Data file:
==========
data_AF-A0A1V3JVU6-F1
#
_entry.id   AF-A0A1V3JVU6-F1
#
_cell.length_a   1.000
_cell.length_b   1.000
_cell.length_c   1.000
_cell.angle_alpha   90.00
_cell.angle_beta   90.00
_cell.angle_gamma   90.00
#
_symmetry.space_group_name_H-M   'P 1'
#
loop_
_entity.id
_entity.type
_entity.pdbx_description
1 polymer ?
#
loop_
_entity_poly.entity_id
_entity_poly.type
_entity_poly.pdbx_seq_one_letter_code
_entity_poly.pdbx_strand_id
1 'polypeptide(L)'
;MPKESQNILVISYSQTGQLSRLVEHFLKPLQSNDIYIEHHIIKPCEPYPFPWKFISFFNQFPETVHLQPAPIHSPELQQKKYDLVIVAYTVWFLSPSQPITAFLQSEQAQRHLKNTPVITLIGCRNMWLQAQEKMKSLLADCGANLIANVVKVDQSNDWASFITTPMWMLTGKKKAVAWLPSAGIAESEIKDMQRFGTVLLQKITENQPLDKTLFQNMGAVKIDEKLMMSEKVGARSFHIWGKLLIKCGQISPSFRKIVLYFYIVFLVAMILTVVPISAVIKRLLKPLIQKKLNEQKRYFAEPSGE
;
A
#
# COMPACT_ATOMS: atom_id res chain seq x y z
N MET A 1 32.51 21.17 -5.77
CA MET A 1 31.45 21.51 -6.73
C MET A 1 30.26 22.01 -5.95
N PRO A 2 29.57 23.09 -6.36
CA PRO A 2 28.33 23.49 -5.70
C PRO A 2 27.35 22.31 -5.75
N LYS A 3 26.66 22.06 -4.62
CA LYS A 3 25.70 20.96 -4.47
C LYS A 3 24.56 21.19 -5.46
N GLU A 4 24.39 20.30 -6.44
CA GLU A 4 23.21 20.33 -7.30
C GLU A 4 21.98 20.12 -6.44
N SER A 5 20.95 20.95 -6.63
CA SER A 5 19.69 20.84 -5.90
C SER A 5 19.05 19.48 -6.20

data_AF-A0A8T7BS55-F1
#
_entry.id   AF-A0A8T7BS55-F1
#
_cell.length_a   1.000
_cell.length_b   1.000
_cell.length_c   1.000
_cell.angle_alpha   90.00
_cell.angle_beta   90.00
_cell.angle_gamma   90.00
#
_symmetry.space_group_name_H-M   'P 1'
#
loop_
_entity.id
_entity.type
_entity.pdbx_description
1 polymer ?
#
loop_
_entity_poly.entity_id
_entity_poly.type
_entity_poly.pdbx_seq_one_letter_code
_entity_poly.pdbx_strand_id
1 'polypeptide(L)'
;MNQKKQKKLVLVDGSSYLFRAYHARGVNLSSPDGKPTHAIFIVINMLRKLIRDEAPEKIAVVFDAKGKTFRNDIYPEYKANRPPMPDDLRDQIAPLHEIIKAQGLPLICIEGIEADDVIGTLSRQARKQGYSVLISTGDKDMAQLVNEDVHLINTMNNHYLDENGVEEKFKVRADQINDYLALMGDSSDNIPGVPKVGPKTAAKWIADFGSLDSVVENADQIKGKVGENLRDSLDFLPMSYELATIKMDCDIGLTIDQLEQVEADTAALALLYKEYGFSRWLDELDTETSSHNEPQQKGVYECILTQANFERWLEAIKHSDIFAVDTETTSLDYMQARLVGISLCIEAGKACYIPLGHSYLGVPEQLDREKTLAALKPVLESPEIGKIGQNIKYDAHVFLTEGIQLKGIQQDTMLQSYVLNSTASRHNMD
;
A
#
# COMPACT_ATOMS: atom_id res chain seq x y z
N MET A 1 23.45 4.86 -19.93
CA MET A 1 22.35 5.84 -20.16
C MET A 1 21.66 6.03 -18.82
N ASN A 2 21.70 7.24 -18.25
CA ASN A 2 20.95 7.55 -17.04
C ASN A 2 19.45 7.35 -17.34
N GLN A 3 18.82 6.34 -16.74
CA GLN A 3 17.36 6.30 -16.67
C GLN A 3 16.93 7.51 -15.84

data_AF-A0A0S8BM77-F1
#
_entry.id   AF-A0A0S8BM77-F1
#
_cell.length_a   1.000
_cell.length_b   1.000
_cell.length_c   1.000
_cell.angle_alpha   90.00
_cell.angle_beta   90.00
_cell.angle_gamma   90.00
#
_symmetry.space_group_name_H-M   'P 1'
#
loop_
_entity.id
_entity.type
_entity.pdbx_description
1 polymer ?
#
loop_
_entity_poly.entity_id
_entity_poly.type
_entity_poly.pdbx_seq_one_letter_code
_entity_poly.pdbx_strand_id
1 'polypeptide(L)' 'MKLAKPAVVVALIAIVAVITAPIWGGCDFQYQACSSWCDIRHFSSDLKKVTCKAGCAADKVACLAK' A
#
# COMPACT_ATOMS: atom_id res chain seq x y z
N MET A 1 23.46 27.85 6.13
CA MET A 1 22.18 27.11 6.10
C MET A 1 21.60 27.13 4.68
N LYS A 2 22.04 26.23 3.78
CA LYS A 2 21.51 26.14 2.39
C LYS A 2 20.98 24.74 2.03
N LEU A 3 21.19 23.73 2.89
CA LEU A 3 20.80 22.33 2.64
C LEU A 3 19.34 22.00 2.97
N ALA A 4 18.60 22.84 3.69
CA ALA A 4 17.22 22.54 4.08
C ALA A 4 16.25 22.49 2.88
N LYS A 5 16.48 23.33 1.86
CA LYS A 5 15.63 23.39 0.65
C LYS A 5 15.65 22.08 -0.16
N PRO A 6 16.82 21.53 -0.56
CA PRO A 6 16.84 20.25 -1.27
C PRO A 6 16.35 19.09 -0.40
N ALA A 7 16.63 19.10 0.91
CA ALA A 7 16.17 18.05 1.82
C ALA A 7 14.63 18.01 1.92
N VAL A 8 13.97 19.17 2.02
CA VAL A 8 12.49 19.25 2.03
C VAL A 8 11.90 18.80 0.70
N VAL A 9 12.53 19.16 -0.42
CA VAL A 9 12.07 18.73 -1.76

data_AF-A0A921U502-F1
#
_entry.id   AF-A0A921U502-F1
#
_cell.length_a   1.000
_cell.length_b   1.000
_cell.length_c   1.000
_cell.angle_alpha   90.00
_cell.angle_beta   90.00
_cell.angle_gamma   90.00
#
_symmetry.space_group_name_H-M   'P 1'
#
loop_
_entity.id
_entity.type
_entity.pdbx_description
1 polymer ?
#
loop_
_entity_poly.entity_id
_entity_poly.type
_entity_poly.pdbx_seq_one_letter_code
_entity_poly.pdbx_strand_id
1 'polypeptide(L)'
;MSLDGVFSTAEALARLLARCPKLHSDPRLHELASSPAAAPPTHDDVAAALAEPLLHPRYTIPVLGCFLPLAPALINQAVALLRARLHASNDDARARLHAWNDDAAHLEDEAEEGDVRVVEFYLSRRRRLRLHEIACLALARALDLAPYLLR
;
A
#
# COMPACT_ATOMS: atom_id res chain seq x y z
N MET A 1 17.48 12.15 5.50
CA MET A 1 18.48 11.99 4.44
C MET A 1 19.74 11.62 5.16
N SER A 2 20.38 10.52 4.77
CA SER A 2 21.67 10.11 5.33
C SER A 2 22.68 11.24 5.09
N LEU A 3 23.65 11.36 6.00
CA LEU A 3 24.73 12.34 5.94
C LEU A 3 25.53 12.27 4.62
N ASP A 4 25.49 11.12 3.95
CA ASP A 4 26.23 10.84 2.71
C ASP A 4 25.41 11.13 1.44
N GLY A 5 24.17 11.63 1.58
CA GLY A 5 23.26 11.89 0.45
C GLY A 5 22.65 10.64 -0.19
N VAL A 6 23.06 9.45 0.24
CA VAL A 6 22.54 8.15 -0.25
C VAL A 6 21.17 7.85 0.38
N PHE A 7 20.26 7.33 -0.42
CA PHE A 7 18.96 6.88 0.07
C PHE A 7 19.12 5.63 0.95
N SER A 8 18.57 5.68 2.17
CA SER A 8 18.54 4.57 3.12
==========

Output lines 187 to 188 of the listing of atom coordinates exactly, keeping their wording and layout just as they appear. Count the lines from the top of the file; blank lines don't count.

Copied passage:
CA PHE A 7 18.96 6.88 0.07
C PHE A 7 19.12 5.63 0.95